Have you ever wondered what it’s like to work in a specific job or field? Each month, we’re interviewing women about their professional life–from what she studied, to what she does in her day-to-day, and even her own personal #DailyDose mantra. Join us as we take a walk In Her Shoes.
Name: Kate Monaghan Connolly
Current Position: Senior Communications Director for the National September 11 Memorial & Museum
Educational Background: BA in Philosophy; journalism internships.
Professional Background: Kate has held a number of positions in communications over the past ten years. In her current position, Kate runs external, strategic, and crisis communications for the National September
11 Memorial & Museum, managing a team of two. Kate also implements internal communications and best-practices for staff and collaborators. She has had this position since April 2016.
Highlights of her experience at the 9/11 Memorial & Museum include witnessing first-hand the extreme care taken by employees to honor those killed on September 11, 2001 and in the World Trade Center Bombing on February 26, 1993, as well as sharing and shaping the stories of those lost and those who worked so hard to rebuild. Through this, Kate has deepened her love for the great city she calls home.
Verily: How would you describe your current role at the memorial?
KMC: A communications professional is fundamentally a storyteller. My role at the 9/11 Memorial & Museum as the Senior Director of Communications is to build a compelling media strategy and manage a dynamic team whose role is to share the story of the 9/11 Memorial & Museum. Our aim is to understand and communicate what we are doing today in support of our mission, the history of 9/11, and how we can continue to be a positive presence in the world educating future generations. This story is shared through all forms of media—broadcast, digital, radio, print, etc. and through internal communications within our organization.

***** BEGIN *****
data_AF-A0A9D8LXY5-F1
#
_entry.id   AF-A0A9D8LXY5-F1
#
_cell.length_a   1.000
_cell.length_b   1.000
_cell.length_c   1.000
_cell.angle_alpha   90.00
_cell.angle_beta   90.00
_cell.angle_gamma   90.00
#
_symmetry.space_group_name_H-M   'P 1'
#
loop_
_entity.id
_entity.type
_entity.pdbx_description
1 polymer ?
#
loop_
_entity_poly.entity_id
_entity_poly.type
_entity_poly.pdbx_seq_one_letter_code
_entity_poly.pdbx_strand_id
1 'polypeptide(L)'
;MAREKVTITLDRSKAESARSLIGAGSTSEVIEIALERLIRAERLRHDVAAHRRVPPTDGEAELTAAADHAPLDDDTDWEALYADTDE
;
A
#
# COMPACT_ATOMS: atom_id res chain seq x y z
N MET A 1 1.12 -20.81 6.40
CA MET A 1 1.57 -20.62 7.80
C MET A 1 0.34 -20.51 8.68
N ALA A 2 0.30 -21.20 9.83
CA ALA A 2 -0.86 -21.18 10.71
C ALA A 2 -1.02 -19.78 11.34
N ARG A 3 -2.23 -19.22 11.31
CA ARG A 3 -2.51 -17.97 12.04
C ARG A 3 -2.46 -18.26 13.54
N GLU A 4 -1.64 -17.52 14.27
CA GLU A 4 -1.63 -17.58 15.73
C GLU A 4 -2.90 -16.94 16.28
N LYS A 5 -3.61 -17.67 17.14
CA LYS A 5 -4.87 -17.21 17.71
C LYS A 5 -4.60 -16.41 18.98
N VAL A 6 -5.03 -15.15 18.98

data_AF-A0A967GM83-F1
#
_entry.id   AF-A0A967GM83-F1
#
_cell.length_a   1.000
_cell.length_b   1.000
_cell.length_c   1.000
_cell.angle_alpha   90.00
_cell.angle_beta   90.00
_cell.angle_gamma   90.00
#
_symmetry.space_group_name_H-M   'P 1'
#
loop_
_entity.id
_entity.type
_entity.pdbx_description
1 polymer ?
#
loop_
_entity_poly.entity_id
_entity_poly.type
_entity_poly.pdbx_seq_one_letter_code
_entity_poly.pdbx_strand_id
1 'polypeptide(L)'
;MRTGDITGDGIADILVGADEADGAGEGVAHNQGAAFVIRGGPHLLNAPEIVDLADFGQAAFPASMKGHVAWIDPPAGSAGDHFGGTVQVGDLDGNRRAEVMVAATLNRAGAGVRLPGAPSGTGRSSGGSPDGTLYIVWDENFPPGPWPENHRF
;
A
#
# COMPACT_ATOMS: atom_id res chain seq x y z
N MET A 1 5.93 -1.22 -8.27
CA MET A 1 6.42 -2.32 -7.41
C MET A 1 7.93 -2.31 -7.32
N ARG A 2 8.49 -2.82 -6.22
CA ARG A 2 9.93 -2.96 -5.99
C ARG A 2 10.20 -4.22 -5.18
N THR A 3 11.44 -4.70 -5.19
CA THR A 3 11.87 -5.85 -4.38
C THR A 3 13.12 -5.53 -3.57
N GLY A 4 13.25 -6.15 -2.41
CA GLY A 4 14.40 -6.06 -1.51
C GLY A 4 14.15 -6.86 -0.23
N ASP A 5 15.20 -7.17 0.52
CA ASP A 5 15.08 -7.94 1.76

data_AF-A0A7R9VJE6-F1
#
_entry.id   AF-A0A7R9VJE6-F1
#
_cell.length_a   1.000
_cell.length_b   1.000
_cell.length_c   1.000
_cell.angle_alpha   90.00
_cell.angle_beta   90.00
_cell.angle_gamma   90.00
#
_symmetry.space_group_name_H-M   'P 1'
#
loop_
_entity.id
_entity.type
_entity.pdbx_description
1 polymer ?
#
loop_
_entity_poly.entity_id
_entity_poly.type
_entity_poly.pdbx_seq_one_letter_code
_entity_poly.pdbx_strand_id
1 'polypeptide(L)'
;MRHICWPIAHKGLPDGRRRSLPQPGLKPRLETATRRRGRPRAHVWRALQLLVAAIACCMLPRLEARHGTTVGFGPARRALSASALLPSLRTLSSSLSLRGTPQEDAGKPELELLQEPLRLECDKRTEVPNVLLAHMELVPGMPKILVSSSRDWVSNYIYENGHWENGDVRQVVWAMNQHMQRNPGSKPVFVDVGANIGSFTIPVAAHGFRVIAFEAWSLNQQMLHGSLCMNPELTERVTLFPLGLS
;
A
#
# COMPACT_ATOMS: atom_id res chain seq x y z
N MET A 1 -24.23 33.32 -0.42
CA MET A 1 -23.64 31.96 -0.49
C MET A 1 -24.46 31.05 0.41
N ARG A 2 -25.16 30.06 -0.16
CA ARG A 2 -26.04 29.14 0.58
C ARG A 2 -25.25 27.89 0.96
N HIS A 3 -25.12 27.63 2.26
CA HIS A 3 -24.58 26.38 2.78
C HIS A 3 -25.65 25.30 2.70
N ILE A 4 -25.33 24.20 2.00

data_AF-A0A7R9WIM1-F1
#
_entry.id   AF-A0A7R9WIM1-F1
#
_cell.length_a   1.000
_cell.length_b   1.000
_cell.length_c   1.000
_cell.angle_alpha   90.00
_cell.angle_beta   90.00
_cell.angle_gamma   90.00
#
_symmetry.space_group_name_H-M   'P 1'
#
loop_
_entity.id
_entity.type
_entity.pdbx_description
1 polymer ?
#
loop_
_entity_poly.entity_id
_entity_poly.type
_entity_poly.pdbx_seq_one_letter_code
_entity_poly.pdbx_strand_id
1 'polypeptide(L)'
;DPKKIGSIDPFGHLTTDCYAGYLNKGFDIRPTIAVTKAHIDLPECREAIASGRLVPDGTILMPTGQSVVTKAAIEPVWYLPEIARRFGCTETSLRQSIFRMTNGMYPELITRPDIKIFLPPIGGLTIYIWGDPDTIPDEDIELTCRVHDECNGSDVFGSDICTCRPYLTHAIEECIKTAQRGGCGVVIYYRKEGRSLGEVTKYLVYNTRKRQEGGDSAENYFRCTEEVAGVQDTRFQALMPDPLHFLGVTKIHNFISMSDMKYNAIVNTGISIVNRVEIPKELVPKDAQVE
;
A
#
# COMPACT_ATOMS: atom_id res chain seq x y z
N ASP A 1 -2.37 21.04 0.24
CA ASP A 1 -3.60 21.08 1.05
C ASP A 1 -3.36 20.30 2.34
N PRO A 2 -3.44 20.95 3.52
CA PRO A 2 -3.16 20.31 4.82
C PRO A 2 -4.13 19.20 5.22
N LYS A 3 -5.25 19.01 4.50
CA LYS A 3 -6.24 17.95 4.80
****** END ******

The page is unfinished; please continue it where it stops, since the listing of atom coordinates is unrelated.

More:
Verily: Tell us more about the art of storytelling through history and how the museum portrays this?
KMC: You have such a short time to get people’s attention so you really have to ask, “If my audience left knowing or experiencing one thing, what would it be?” So, the museum, as it should, tells the story of the history of the day and its surrounding history but even more, it leaves visitors with a sense that good can triumph in the face of evil.
Friends who visit always tell me that the museum is very well done, that it was a sad but meaningful visit, and that they are blown away by the immense goodness of those who responded on 9/11 and after. This awe is not just in reference to the first responders, but also colleagues or complete strangers helping each other evacuate.
Verily: What has been your greatest honor in this position?
KMC: The greatest honor is easily the very small part I play in continuing to share the stories of these men, women and children. Most of them were doing what I do everyday—commuting, working, being with families and friends—just going about their daily lives. Sharing a story that provides a more intimate knowledge of one of these people so that they are not simply one of 2,983 killed on September 11, 2001 or February 26, 1993 is not only an honor for me but also a sacred obligation.